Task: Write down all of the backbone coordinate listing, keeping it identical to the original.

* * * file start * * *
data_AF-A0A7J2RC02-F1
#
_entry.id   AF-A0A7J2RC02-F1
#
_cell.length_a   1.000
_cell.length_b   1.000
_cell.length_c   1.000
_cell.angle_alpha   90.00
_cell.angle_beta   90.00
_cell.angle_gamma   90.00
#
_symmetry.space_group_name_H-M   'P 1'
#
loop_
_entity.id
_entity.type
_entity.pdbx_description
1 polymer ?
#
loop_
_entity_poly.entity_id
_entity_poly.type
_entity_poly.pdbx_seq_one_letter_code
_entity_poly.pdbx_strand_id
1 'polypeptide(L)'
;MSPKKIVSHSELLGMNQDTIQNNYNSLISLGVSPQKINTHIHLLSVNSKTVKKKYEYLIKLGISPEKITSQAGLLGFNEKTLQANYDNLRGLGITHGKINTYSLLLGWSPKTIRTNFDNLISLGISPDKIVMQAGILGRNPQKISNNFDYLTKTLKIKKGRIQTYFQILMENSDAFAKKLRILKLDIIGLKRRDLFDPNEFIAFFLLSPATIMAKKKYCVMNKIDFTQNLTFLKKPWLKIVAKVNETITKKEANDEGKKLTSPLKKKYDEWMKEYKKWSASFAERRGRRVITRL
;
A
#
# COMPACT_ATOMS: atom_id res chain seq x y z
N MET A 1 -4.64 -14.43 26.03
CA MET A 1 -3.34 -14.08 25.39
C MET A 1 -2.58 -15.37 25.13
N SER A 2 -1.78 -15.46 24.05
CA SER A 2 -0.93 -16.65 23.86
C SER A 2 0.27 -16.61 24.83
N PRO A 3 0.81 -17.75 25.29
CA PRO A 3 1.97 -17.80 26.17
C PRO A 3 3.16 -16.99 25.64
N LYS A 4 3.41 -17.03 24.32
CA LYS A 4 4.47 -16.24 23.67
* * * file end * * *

data_AF-A0A7J2RC02-F1
#
_entry.id   AF-A0A7J2RC02-F1
#
_cell.length_a   1.000
_cell.length_b   1.000
_cell.length_c   1.000
_cell.angle_alpha   90.00
_cell.angle_beta   90.00
_cell.angle_gamma   90.00
#
_symmetry.space_group_name_H-M   'P 1'
#
loop_
_entity.id
_entity.type
_entity.pdbx_description
1 polymer ?
#
loop_
_entity_poly.entity_id
_entity_poly.type
_entity_poly.pdbx_seq_one_letter_code
_entity_poly.pdbx_strand_id
1 'polypeptide(L)'
;MSPKKIVSHSELLGMNQDTIQNNYNSLISLGVSPQKINTHIHLLSVNSKTVKKKYEYLIKLGISPEKITSQAGLLGFNEKTLQANYDNLRGLGITHGKINTYSLLLGWSPKTIRTNFDNLISLGISPDKIVMQAGILGRNPQKISNNFDYLTKTLKIKKGRIQTYFQILMENSDAFAKKLRILKLDIIGLKRRDLFDPNEFIAFFLLSPATIMAKKKYCVMNKIDFTQNLTFLKKPWLKIVAKVNETITKKEANDEGKKLTSPLKKKYDEWMKEYKKWSASFAERRGRRVITRL
;
A
#
# COMPACT_ATOMS: atom_id res chain seq x y z
N MET A 1 -4.64 -14.43 26.03
CA MET A 1 -3.34 -14.08 25.39
C MET A 1 -2.58 -15.37 25.13
N SER A 2 -1.78 -15.46 24.05
CA SER A 2 -0.93 -16.65 23.86
C SER A 2 0.27 -16.61 24.83
N PRO A 3 0.81 -17.75 25.29
CA PRO A 3 1.97 -17.80 26.17
C PRO A 3 3.16 -16.99 25.64
N LYS A 4 3.41 -17.03 24.32
CA LYS A 4 4.47 -16.24 23.67